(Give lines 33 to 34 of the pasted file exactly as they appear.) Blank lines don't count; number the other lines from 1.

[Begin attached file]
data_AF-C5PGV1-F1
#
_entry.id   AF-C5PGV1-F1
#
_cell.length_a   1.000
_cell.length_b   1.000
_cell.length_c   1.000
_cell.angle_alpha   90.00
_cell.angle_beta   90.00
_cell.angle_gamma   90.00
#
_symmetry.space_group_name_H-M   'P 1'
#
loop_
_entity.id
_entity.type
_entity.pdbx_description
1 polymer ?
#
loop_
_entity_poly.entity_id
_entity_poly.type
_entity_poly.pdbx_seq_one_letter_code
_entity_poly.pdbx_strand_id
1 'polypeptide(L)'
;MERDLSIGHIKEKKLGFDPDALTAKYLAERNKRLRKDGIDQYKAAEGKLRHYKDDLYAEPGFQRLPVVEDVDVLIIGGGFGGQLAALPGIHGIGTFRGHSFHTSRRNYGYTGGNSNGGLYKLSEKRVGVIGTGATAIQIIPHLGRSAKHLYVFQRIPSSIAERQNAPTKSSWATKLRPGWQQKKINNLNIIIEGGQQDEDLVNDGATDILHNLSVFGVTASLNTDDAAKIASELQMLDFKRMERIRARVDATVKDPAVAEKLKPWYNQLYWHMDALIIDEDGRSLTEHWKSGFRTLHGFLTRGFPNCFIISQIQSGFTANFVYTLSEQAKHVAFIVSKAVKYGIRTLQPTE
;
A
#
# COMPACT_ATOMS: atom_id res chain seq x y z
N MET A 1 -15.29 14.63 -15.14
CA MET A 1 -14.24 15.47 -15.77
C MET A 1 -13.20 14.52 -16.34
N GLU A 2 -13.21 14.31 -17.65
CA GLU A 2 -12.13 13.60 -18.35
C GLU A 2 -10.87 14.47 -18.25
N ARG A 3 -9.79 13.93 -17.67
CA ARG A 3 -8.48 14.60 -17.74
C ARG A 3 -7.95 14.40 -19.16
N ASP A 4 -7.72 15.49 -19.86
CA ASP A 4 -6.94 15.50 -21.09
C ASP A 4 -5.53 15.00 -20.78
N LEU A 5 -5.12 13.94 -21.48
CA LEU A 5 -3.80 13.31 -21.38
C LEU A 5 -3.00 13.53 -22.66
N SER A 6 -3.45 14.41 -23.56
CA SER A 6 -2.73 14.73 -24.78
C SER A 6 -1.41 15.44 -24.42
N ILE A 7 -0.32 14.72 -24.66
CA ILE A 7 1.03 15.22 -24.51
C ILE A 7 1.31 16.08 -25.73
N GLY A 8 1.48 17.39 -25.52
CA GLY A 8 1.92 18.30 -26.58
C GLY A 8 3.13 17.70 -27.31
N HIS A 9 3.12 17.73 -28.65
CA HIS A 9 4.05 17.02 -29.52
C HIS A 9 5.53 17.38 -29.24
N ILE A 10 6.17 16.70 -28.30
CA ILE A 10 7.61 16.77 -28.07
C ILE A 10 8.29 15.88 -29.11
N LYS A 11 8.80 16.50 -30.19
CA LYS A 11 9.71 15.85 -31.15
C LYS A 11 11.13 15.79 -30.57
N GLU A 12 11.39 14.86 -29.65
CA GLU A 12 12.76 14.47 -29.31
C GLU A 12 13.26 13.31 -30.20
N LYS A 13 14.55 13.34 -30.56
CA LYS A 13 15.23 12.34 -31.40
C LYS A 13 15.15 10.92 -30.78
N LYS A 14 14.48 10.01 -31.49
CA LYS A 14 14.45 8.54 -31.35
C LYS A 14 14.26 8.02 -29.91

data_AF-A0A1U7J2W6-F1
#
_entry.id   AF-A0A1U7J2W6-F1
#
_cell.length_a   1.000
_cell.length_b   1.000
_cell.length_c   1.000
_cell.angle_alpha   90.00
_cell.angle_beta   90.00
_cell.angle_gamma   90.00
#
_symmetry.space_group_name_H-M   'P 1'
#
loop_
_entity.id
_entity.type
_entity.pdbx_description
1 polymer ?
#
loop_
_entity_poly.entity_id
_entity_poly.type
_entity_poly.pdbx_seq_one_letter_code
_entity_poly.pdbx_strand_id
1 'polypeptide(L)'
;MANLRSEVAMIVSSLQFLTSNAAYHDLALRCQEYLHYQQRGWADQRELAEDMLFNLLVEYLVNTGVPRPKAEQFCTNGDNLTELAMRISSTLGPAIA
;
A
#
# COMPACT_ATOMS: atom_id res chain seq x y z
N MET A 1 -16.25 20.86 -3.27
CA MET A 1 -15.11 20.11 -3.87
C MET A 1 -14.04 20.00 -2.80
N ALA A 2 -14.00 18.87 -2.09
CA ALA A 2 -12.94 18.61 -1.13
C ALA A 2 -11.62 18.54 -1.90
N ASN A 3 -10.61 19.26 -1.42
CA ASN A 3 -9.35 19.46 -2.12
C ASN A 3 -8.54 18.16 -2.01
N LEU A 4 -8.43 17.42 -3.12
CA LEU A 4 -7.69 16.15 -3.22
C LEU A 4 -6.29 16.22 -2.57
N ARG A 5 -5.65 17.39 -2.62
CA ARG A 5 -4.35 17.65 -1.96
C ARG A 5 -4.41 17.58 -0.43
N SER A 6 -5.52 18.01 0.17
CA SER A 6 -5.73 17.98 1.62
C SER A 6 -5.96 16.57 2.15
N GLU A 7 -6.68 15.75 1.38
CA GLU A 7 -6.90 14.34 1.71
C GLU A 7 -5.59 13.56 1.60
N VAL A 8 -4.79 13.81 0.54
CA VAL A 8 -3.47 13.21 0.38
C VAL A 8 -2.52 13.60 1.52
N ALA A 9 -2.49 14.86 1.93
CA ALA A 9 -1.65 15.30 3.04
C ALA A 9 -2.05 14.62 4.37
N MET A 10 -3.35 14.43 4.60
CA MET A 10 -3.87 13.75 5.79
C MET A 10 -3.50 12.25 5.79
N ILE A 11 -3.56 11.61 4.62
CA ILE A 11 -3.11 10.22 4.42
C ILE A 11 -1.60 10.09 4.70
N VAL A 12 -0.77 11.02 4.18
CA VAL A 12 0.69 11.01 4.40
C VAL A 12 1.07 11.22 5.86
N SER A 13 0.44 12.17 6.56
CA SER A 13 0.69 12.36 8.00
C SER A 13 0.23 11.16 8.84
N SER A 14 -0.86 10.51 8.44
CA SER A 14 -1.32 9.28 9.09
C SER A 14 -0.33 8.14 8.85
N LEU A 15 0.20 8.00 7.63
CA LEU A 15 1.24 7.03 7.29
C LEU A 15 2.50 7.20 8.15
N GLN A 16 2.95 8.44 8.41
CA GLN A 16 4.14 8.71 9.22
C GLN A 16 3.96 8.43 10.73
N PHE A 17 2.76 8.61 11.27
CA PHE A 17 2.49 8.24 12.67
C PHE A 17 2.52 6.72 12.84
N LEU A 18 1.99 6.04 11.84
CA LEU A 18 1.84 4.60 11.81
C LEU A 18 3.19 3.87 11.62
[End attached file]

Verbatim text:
C MET A 1 -13.20 14.52 -16.34
N GLU A 2 -13.21 14.31 -17.65